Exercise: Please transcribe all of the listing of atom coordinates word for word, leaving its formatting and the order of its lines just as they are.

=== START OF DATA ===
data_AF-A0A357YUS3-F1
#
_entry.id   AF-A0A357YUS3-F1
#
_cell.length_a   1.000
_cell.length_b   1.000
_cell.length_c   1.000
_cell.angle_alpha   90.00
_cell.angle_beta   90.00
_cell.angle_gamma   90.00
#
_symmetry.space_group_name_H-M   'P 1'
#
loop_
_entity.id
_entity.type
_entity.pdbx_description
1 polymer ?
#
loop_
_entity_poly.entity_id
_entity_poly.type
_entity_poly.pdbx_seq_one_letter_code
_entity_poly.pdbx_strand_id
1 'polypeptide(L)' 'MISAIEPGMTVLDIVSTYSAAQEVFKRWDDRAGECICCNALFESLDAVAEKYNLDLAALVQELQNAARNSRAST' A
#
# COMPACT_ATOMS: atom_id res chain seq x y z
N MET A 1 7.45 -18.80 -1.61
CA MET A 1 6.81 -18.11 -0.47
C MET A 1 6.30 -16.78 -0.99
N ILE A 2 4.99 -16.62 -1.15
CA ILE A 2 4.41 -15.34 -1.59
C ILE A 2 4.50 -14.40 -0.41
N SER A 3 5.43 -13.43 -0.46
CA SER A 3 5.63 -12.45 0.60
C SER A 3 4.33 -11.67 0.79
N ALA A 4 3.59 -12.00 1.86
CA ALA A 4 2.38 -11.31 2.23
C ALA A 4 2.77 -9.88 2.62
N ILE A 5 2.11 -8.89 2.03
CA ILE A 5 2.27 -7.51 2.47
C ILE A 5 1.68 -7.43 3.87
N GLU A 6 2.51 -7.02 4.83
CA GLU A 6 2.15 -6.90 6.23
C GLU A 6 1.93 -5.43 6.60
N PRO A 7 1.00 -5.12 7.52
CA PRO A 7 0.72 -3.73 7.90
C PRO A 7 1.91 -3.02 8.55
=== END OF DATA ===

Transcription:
data_AF-A0A357YUS3-F1
#
_entry.id   AF-A0A357YUS3-F1
#
_cell.length_a   1.000
_cell.length_b   1.000
_cell.length_c   1.000
_cell.angle_alpha   90.00
_cell.angle_beta   90.00
_cell.angle_gamma   90.00
#
_symmetry.space_group_name_H-M   'P 1'
#
loop_
_entity.id
_entity.type
_entity.pdbx_description
1 polymer ?
#
loop_
_entity_poly.entity_id
_entity_poly.type
_entity_poly.pdbx_seq_one_letter_code
_entity_poly.pdbx_strand_id
1 'polypeptide(L)' 'MISAIEPGMTVLDIVSTYSAAQEVFKRWDDRAGECICCNALFESLDAVAEKYNLDLAALVQELQNAARNSRAST' A
#
# COMPACT_ATOMS: atom_id res chain seq x y z
N MET A 1 7.45 -18.80 -1.61
CA MET A 1 6.81 -18.11 -0.47
C MET A 1 6.30 -16.78 -0.99
N ILE A 2 4.99 -16.62 -1.15
CA ILE A 2 4.41 -15.34 -1.59
C ILE A 2 4.50 -14.40 -0.41
N SER A 3 5.43 -13.43 -0.46
CA SER A 3 5.63 -12.45 0.60
C SER A 3 4.33 -11.67 0.79
N ALA A 4 3.59 -12.00 1.86
CA ALA A 4 2.38 -11.31 2.23
C ALA A 4 2.77 -9.88 2.62
N ILE A 5 2.11 -8.89 2.03
CA ILE A 5 2.27 -7.51 2.47
C ILE A 5 1.68 -7.43 3.87
N GLU A 6 2.51 -7.02 4.83
CA GLU A 6 2.15 -6.90 6.23
C GLU A 6 1.93 -5.43 6.60
N PRO A 7 1.00 -5.12 7.52
CA PRO A 7 0.72 -3.73 7.90
C PRO A 7 1.91 -3.02 8.55